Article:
Zombie dog or miracle dog?  I’d like to think Theia is a little of both.


Easter with Your Dog

Easter-time is here!  Whether or not you’re religious, Easter can be a fun holiday to celebrate, with the baskets and bunnies and egg hunts!  Here’s a few tips on how you can include your dog in on the holiday fun:

  • If you’re having dinner with the family, help your dog feel like part of it! Maybe give them an extra special dinner with some treats and maybe even a little ham (but not too much human food.)
  • Make your dog an Easter basket! You can just go to your local pet store and pick up their favorite treats and some toys.  Get a standard Easter basket and maybe even some kid’s toys that can double as dog toys (just make sure they’re safe/non-toxic)
  • Do an Easter egg hunt with your dog! If you have kids, they’ll love to participate!  You can use treats inside of plastic eggs.  Be careful about this; find durable eggs that won’t break/they won’t be encouraged to eat.  You can also use hard-boiled eggs, which is a great sense of protein for your dog!  Put them on a leash and walk them around, point to eggs to get their attention on it and something like, “What’s that?” in an encouraging voice.

If you celebrate Easter, there’s always ways to include your dog!  Have a happy holiday!

Travel Tips for You and Your Dog

Easter is around the corner, which means that you might be travelling somewhere for the holiday or just taking a little spring break!  If you’re taking your dog with you, this can get complicated.  Here are some travelling tips when you can’t leave your pup at home, straight from Cesar Millan:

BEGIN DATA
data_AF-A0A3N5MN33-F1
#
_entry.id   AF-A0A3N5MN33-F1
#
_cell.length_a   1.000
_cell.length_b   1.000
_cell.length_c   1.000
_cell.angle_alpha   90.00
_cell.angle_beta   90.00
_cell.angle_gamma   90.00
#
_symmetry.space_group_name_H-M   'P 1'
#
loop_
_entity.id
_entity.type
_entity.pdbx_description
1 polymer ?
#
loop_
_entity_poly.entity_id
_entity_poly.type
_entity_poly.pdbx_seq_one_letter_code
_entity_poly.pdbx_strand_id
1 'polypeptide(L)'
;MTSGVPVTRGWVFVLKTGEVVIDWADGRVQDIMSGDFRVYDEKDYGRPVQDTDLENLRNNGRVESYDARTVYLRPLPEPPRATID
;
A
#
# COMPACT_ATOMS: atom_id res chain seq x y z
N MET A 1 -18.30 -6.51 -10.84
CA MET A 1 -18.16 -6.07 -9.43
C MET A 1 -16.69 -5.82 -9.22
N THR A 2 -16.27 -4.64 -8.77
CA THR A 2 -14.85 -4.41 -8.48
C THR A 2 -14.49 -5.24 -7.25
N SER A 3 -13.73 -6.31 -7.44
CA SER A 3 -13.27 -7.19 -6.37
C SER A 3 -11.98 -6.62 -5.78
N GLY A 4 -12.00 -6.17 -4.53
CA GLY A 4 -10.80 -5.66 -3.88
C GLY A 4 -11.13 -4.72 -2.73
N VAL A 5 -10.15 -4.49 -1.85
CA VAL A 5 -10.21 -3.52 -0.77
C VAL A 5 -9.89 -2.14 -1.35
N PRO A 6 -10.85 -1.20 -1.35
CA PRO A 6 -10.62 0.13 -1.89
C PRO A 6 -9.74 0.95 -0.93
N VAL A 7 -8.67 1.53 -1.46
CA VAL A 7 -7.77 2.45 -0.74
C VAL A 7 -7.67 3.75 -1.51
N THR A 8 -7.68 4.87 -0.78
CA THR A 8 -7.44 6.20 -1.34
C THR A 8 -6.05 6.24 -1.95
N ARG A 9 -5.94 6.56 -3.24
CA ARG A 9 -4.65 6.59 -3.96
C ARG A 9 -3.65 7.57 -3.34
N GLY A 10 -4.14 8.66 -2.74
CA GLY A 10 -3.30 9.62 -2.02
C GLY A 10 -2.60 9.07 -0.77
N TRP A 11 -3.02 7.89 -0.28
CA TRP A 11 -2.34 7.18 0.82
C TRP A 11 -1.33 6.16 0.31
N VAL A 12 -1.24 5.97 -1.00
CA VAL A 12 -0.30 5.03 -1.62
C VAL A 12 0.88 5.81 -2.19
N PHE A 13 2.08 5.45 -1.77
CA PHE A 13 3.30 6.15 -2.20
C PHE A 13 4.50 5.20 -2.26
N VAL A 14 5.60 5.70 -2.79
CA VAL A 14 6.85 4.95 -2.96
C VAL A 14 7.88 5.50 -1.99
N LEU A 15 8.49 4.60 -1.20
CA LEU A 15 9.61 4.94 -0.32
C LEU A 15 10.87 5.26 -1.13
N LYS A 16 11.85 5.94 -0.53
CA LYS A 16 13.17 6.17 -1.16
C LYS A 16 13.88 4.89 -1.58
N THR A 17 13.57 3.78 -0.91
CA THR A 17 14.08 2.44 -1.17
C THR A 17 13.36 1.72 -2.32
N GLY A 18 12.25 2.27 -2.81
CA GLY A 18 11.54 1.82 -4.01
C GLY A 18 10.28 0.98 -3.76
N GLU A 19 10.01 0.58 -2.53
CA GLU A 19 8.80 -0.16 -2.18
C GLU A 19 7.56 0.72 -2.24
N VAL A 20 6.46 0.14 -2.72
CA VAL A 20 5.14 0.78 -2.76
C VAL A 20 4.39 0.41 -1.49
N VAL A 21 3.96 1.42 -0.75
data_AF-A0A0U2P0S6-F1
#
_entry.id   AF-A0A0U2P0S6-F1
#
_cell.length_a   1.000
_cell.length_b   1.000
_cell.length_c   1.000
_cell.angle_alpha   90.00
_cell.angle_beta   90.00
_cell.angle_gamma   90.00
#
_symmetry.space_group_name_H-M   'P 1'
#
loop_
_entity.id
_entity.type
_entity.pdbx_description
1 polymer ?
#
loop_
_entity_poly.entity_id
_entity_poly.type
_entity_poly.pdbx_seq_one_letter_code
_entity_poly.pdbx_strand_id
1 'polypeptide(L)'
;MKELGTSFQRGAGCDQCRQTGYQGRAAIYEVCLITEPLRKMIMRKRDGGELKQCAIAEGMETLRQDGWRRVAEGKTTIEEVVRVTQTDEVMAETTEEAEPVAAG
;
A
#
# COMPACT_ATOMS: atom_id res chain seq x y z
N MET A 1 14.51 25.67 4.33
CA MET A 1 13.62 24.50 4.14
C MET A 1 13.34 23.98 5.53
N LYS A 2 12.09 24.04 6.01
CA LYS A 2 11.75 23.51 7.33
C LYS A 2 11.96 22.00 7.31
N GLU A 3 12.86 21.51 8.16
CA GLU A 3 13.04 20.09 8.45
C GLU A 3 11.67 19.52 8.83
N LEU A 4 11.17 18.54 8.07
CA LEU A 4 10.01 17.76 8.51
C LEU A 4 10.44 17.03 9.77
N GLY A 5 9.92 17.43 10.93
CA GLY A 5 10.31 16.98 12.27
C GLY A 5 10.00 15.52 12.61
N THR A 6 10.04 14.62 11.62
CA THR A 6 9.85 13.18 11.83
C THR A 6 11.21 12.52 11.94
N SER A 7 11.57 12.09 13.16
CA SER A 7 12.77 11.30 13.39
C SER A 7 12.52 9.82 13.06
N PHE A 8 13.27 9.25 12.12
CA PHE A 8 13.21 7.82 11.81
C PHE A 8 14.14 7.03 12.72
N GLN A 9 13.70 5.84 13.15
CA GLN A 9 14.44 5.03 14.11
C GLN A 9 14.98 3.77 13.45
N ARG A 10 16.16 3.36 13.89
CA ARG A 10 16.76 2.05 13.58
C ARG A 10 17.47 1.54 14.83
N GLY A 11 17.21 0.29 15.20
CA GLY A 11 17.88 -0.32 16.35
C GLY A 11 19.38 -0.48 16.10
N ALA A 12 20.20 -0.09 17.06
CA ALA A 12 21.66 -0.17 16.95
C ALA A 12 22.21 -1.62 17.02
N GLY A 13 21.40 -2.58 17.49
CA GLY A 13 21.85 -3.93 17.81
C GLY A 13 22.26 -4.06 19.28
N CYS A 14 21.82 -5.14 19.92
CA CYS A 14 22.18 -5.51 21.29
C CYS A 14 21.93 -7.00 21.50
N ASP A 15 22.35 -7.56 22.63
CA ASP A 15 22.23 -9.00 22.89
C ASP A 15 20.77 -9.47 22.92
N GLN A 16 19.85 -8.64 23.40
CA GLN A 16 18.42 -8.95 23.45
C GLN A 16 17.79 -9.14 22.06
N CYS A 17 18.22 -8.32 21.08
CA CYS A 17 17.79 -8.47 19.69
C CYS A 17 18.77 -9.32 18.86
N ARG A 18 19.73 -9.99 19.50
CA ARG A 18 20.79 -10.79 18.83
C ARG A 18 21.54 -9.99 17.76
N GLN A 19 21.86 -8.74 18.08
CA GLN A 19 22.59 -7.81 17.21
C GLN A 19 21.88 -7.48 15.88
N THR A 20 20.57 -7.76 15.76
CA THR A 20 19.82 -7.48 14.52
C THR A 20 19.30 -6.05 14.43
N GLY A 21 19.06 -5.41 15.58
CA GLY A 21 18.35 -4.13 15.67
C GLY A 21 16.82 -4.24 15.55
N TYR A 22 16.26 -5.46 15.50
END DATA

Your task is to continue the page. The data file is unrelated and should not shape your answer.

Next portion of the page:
• If you crate your dog, you might feel bad, but for many reasons, it’s the best option for them, when driving so they won’t get injured and it’s necessary when flying. Just make sure they’re well-exercised beforehand so they’ll want to rest.  When you put them in the crate, make sure you use an upbeat voice.  They’ll get anxious if they hear you use a “sad” tone.
  • When driving with your dog, adjust your driving to keep them in mind. They don’t have a seatbelt, so they can get injured even from a harsh brake.  Don’t feed your dog too much before the trip either, because they can get carsick too!  Make sure you take enough breaks to exercise them and let them go to the bathroom.  Make sure to have plenty of water on you!
  • If you’re going to flying with your dog, it is best to put them in their crate before entering the craziness of the airport. It will be much less hectic this way.
  • Remember, talk to your dog! If they’re in the car with you, interact with them!  They’ll love being part of the adventure if you make it exciting for them, too.

Good luck and safe travels!

Happy National Puppy Day!

Drumroll please… today is National Puppy Day!  Which is pretty much the best non-holiday holiday ever!  You now have an excuse to look at cute pictures and videos of puppies and give your dog some extra attention.

But National Puppy Day is about more than just going gaga over adorable pups.  It also serves as a more meaningful cause.  The day actually has its own website.  Here, there are lots of links to help you decide just how you’ll celebrate NPD.  Here are a few suggestions:

  • Colleen Paige, the founder of NPD, encourages adoption on this day. If you can’t, seek out a local shelter and donate a small (or large!) amount of money to them.
  • Get an official t-shirt that says “I don’t deserve this” to take a stand against animal abuse and unhealthy puppy living. It’s really cool, take a look at it here!  You can also use the same logo/message on other types of things like mugs, pillows, wall art and more.
  • Awareness! Spread the word.  You should never buy a puppy from a pet store.  These dogs are unhealthy, and if you purchased them, even to get them out of the situation they’re in, you would be supporting puppy mills, which neglect dogs and their needs.  Adopt, don’t shop!